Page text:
However, Bishop Schneider comments in this November 2 interview on this conciliar teaching with these words: “you have no right to choose idolatry, you have no right to offend God,” through “idolatry or through blasphemy.” 

“This is already rooted here [in the Vatican Council],” Bishop Schneider states. “If you have a right by God given to you, by nature, also to be able to choose acts of idolatry – like the Pachamama – when it is rooted in your dignity of man even to choose a Pachamama religion: this is the last consequence of this expression of the Council text,” he explains. The expression of the text was “ambiguous” and needed to be “formulated in a different way” to “avoid these applications in the life of the Church, which we also had in the Assisi meeting of Pope John Paul II in 1986 and the other meetings, where even idolatrous religions were invited to pray in their own manner – that is to say in their idolatrous manner – for peace.”

On October 27, 1986, Pope John Paul II held a World Day of Prayer for Peace in Assisi, Italy, at which he prayed together with Orthodox Christians, Protestants, Jews, Muslims, Hindus, Buddhists and representatives of many other religions. He addressed the representatives of the different religions with the words: “Religions are many and varied, and they reflect the desire of men and women down through the ages to enter into a relationship with the Absolute Being.” 

Let us return to Bishop Schneider's words. He says that what we have now in Rome, the “formal performance of idolatrous acts in the Catholic Church, in the heart of the Catholic Church of St. Peter, is the triumph of the evil.”

Earlier on in this November 2 interview, Bishop Schneider spoke about the influence of Modernists in the Catholic Church and their effective denial of “immutable truths,” just as the Freemasons deny these truths and insist upon naturalism and anthropocentrism and try to undermine the “uniqueness of Jesus Christ.” The Kazakh bishop states that the Modernists' way of thinking is “similar” to the thoughts of Freemasonry – while insisting that “I would not say that Modernists are Freemasons.” They both have in common their professed “relativism.” “We human beings are the author of truth” is one of the main tenets of Freemasonry, and accordingly, man “can change these [truths] according to his desires.” “It is the core of Modernism,” Schneider continues, “relativism, naturalism, and complete anthropocentrism.” 

He also explains that Freemasonry is intrinsically “anti-supernaturalism,” “anti-Revelation.” The Modernists were “contaminated” by this “way of thinking.”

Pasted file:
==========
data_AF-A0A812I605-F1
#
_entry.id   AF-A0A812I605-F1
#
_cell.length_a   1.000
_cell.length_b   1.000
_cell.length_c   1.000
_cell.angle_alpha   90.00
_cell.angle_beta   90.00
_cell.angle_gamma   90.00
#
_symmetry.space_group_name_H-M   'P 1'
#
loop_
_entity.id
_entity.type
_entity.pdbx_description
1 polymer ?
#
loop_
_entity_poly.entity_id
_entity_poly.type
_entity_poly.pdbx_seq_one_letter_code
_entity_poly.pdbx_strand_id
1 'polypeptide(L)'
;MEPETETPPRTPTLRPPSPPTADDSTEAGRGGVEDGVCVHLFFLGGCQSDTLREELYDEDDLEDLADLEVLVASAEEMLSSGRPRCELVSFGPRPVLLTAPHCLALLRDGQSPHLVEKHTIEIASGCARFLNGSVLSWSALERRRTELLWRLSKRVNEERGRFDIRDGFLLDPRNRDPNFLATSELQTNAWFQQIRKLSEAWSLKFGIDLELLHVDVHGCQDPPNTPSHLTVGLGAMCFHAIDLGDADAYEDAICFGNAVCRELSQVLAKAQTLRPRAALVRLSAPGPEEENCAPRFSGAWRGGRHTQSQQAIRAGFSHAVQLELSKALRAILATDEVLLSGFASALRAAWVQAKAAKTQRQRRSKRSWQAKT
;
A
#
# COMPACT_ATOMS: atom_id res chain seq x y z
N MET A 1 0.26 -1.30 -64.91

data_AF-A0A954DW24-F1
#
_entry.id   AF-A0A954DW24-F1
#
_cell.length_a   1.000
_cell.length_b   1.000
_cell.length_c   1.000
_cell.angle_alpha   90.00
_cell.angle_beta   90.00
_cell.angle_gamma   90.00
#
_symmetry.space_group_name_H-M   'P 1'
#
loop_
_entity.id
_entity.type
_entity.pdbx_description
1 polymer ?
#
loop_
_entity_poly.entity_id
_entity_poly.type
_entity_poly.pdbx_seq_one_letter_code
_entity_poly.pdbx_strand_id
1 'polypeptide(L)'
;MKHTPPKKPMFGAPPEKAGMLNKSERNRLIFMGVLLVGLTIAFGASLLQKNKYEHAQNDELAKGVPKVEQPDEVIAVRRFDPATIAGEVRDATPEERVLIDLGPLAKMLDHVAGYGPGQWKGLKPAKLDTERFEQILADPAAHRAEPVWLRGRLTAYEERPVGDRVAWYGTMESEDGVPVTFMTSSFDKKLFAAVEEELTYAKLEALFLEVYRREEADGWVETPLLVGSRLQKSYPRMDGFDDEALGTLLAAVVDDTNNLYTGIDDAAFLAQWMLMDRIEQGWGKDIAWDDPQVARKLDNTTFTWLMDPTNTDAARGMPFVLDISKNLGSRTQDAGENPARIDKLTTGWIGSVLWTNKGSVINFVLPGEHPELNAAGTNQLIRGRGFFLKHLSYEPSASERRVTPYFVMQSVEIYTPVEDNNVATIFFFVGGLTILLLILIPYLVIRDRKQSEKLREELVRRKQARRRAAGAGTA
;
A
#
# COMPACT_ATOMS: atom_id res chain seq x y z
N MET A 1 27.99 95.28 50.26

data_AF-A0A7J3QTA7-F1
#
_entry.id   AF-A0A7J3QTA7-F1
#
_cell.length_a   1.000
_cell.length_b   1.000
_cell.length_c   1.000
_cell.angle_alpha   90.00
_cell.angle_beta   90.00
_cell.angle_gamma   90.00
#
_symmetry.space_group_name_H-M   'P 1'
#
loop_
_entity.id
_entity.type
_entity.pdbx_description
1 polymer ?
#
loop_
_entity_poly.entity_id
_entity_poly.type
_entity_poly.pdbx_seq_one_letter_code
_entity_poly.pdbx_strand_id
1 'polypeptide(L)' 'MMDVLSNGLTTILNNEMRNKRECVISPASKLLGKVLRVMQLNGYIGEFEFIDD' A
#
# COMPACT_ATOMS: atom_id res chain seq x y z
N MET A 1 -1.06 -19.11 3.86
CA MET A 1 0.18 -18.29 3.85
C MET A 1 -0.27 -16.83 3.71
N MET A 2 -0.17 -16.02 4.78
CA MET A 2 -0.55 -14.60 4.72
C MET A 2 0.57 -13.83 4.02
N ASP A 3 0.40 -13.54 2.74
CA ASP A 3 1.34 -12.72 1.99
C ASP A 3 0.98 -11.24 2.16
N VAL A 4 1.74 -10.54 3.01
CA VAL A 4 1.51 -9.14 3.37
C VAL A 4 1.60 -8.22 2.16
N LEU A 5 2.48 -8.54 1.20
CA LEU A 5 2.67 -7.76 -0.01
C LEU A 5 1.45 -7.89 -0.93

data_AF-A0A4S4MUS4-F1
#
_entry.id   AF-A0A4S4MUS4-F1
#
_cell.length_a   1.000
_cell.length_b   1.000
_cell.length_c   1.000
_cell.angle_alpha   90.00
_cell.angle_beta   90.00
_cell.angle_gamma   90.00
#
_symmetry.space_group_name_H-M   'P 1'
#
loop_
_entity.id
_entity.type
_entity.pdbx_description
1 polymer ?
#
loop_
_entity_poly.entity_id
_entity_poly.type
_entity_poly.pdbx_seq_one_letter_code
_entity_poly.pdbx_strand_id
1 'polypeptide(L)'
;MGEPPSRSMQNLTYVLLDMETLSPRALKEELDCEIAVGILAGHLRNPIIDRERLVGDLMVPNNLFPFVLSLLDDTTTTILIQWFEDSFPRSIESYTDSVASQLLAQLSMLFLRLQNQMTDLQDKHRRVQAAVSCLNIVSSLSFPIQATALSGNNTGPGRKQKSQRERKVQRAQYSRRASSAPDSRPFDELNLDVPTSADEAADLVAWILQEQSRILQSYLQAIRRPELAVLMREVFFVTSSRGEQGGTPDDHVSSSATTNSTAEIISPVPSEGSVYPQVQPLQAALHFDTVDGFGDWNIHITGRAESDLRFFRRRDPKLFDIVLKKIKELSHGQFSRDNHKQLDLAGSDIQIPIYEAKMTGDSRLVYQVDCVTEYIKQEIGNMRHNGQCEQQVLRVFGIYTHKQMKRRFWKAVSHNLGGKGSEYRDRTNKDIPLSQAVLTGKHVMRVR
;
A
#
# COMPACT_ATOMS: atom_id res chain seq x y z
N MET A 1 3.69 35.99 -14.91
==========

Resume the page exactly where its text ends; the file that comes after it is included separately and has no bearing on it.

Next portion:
“Since then,” Bishop Schneider explains, “the Modernist movement in the Church penetrated ever more.” They “reached their peak at the Second Vatican Council, because they used this Church assembly as a tool to promote ever more their relativistic, anthropocentristic, naturalistic theories in the theology, in the liturgy, in the [pastoral] life of the Church.” 

After the Second Vatican Council, according to Bishop Schneider, in addition to the Modernists, there were also some “true members of Freemasonry” who got “high-ranking positions in the Church.” Asked by Mr. Matt about Annibale Bugnini – the architect of the Novus Ordo Mass – Schneider responds: “Yes, and others.” He mentions that some Freemasons might have been among the bishops, cardinals, “and even nuncios.” They “of course, helped the Modernist clergy,” even if these clergymen were not themselves Freemasonic, and they thus “promoted them to high positions of the Church.”

“It is evident that this is a strategy,” Bishop Schneider concludes.

And now, under Pope Francis, we witness how, “without shame, real evident heretics, deniers of the Catholic truth, are being promoted to high-ranking Church offices; but they are even given in some way a reward for their betrayal of Christ.”

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Maike Hickson

Dr. Maike Hickson was born and raised in Germany. She holds a PhD from the University of Hannover, Germany, after having written in Switzerland her doctoral dissertation on the history of Swiss intellectuals before and during World War II. She now lives in the U.S. and is married to Dr. Robert Hickson, and they have been blessed with two beautiful children. She is a happy housewife who likes to write articles when time permits.

Dr. Hickson published in 2014 a Festschrift, a collection of some thirty essays written by thoughtful authors in honor of her husband upon his 70th birthday, which is entitled A Catholic Witness in Our Time.

Hickson has closely followed the papacy of Pope Francis and the developments in the Catholic Church in Germany, and she has been writing articles on religion and politics for U.S. and European publications and websites such as LifeSiteNews, OnePeterFive, The Wanderer, Rorate Caeli, Catholicism.org, Catholic Family News, Christian Order, Notizie Pro-Vita, Corrispondenza Romana, Katholisches.info, Der Dreizehnte,  Zeit-Fragen, and Westfalen-Blatt.